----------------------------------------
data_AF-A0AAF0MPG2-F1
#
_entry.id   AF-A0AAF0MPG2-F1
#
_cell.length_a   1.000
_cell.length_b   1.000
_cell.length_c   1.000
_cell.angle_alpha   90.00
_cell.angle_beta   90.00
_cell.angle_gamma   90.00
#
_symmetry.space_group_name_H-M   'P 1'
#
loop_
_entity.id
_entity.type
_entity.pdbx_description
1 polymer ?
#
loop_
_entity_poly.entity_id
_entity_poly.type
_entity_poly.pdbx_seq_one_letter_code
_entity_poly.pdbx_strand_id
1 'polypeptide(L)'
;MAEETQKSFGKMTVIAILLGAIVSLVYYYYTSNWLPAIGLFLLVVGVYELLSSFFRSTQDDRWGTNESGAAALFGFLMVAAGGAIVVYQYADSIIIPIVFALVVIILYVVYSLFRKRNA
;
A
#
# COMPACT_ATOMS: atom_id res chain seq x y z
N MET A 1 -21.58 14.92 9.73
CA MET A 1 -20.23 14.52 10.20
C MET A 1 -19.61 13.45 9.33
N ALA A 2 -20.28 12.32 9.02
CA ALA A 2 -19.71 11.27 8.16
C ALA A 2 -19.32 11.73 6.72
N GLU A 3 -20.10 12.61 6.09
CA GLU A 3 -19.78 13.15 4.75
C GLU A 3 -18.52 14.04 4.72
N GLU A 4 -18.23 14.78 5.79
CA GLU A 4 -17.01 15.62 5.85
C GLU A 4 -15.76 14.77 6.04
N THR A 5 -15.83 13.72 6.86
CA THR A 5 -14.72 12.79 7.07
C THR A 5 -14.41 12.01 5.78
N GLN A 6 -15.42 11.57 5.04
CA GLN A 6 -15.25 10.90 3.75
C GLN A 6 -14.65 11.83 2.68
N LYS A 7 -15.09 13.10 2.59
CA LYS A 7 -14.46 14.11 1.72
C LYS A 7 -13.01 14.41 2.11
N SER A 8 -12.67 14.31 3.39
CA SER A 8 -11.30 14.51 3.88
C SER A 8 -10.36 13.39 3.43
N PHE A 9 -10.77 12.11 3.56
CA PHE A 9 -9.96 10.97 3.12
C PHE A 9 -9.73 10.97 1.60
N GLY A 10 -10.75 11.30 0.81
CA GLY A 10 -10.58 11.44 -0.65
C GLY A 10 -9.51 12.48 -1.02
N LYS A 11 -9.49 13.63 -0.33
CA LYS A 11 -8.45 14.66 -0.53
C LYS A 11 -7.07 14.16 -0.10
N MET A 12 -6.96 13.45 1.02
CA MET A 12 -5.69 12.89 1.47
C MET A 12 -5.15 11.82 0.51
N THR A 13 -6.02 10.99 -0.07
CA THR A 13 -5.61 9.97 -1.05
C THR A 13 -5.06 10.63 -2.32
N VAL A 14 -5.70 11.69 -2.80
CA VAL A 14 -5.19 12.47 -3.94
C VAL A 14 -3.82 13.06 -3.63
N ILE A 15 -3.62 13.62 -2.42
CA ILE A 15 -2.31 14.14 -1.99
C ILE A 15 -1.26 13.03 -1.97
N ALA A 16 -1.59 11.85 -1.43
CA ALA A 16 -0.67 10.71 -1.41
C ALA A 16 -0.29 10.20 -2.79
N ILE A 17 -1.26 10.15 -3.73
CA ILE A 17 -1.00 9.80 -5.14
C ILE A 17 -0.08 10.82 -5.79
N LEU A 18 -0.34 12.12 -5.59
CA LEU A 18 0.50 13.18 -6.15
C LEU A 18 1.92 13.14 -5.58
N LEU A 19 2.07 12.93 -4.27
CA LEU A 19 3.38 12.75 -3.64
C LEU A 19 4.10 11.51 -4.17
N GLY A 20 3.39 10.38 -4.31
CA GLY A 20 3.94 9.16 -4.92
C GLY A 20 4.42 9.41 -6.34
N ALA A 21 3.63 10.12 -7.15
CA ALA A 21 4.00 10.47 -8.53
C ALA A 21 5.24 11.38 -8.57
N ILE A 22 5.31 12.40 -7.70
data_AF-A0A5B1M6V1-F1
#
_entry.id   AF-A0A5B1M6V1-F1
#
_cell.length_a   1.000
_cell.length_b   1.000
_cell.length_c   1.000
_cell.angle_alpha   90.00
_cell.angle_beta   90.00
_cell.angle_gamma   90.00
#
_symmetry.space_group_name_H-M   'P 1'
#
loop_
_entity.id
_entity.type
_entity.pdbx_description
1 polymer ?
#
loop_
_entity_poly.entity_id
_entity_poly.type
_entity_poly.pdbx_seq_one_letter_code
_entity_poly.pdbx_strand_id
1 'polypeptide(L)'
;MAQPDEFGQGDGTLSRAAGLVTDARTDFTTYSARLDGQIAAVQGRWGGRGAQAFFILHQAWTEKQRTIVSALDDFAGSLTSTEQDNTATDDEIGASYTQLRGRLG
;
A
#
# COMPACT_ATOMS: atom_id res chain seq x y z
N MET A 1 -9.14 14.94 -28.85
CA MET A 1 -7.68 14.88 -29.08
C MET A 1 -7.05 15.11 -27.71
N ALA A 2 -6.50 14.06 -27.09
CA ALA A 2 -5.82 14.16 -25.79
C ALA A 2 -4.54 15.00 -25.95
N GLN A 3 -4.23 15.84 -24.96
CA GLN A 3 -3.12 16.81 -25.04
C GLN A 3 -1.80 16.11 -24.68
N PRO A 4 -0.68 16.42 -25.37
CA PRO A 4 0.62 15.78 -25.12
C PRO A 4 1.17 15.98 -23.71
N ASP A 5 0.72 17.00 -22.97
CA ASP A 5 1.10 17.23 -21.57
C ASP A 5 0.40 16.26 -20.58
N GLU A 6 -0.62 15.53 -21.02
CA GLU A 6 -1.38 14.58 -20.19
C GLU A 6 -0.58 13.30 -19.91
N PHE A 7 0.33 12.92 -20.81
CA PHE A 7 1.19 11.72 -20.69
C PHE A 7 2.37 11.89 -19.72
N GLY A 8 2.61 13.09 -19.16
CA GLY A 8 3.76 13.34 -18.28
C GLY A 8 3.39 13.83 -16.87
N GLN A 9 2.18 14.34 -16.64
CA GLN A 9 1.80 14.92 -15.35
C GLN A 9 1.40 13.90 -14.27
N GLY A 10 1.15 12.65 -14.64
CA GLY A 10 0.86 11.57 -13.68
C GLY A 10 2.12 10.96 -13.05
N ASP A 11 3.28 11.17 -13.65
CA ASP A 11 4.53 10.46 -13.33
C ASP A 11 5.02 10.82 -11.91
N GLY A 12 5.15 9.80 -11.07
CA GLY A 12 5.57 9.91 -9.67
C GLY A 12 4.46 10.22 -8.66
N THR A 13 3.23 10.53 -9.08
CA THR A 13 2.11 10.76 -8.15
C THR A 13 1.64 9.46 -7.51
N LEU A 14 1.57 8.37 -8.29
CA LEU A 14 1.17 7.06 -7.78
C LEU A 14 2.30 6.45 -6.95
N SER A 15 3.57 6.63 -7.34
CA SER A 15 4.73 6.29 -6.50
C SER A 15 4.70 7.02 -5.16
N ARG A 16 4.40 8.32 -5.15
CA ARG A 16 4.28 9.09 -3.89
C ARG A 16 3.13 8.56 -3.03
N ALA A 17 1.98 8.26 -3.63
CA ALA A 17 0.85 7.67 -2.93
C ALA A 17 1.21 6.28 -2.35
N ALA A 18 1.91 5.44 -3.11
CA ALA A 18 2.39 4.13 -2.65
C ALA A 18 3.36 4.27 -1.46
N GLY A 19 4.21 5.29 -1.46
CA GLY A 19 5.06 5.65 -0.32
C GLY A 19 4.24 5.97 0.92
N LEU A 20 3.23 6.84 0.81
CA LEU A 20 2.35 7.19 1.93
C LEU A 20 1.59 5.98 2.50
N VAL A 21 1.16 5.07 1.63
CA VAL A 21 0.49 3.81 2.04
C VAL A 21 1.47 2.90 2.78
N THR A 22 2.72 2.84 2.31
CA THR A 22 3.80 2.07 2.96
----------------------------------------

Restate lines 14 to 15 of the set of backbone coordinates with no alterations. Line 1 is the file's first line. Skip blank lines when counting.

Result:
loop_
_entity.id